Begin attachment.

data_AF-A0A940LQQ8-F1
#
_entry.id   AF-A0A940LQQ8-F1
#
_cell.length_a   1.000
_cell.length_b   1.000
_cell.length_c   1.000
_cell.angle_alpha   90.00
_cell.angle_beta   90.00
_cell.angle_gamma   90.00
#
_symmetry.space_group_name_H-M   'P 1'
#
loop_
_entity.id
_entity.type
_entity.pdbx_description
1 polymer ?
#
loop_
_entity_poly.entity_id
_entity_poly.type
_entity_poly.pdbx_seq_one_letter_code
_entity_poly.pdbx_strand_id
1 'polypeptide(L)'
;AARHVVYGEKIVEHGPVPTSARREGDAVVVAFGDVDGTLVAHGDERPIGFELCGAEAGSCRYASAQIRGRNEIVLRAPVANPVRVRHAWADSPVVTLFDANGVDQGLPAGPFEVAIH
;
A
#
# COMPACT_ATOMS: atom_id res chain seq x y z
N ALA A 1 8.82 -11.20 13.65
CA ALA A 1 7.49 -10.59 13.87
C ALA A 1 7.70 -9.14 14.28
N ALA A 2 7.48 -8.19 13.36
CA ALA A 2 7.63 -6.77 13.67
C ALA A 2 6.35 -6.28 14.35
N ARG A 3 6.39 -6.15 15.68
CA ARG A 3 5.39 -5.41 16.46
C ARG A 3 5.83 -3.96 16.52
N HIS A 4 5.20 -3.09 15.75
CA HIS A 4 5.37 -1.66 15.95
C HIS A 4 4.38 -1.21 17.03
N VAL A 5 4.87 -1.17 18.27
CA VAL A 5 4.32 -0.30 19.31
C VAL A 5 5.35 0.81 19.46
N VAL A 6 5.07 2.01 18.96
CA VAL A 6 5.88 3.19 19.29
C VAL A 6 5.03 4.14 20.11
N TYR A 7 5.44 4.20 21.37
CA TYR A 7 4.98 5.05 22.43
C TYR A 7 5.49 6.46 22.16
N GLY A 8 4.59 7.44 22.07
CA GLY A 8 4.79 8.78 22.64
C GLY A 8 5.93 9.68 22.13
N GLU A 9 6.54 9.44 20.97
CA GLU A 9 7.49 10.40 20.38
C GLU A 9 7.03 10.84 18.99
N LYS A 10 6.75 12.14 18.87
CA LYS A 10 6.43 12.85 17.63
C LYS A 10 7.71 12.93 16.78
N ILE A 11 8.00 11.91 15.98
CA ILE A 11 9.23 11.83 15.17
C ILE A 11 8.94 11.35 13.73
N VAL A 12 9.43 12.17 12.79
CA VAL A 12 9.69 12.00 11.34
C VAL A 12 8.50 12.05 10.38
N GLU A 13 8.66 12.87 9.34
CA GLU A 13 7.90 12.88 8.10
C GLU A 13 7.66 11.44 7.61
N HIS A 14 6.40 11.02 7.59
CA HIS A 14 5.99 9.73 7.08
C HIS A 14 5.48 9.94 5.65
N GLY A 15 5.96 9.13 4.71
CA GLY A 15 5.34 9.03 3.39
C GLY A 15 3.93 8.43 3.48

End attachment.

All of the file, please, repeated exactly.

data_AF-A0A940LQQ8-F1
#
_entry.id   AF-A0A940LQQ8-F1
#
_cell.length_a   1.000
_cell.length_b   1.000
_cell.length_c   1.000
_cell.angle_alpha   90.00
_cell.angle_beta   90.00
_cell.angle_gamma   90.00
#
_symmetry.space_group_name_H-M   'P 1'
#
loop_
_entity.id
_entity.type
_entity.pdbx_description
1 polymer ?
#
loop_
_entity_poly.entity_id
_entity_poly.type
_entity_poly.pdbx_seq_one_letter_code
_entity_poly.pdbx_strand_id
1 'polypeptide(L)'
;AARHVVYGEKIVEHGPVPTSARREGDAVVVAFGDVDGTLVAHGDERPIGFELCGAEAGSCRYASAQIRGRNEIVLRAPVANPVRVRHAWADSPVVTLFDANGVDQGLPAGPFEVAIH
;
A
#
# COMPACT_ATOMS: atom_id res chain seq x y z
N ALA A 1 8.82 -11.20 13.65
CA ALA A 1 7.49 -10.59 13.87
C ALA A 1 7.70 -9.14 14.28
N ALA A 2 7.48 -8.19 13.36
CA ALA A 2 7.63 -6.77 13.67
C ALA A 2 6.35 -6.28 14.35
N ARG A 3 6.39 -6.15 15.68
CA ARG A 3 5.39 -5.41 16.46
C ARG A 3 5.83 -3.96 16.52
N HIS A 4 5.20 -3.09 15.75
CA HIS A 4 5.37 -1.66 15.95
C HIS A 4 4.38 -1.21 17.03
N VAL A 5 4.87 -1.17 18.27
CA VAL A 5 4.32 -0.30 19.31
C VAL A 5 5.35 0.81 19.46
N VAL A 6 5.07 2.01 18.96
CA VAL A 6 5.88 3.19 19.29
C VAL A 6 5.03 4.14 20.11
N TYR A 7 5.44 4.20 21.37
CA TYR A 7 4.98 5.05 22.43
C TYR A 7 5.49 6.46 22.16
N GLY A 8 4.59 7.44 22.07
CA GLY A 8 4.79 8.78 22.64
C GLY A 8 5.93 9.68 22.13
N GLU A 9 6.54 9.44 20.97
CA GLU A 9 7.49 10.40 20.38
C GLU A 9 7.03 10.84 18.99
N LYS A 10 6.75 12.14 18.87
CA LYS A 10 6.43 12.85 17.63
C LYS A 10 7.71 12.93 16.78
N ILE A 11 8.00 11.91 15.98
CA ILE A 11 9.23 11.83 15.17
C ILE A 11 8.94 11.35 13.73
N VAL A 12 9.43 12.17 12.79
CA VAL A 12 9.69 12.00 11.34
C VAL A 12 8.50 12.05 10.38
N GLU A 13 8.66 12.87 9.34
CA GLU A 13 7.90 12.88 8.10
C GLU A 13 7.66 11.44 7.61
N HIS A 14 6.40 11.02 7.59
CA HIS A 14 5.99 9.73 7.08
C HIS A 14 5.48 9.94 5.65
N GLY A 15 5.96 9.13 4.71
CA GLY A 15 5.34 9.03 3.39
C GLY A 15 3.93 8.43 3.48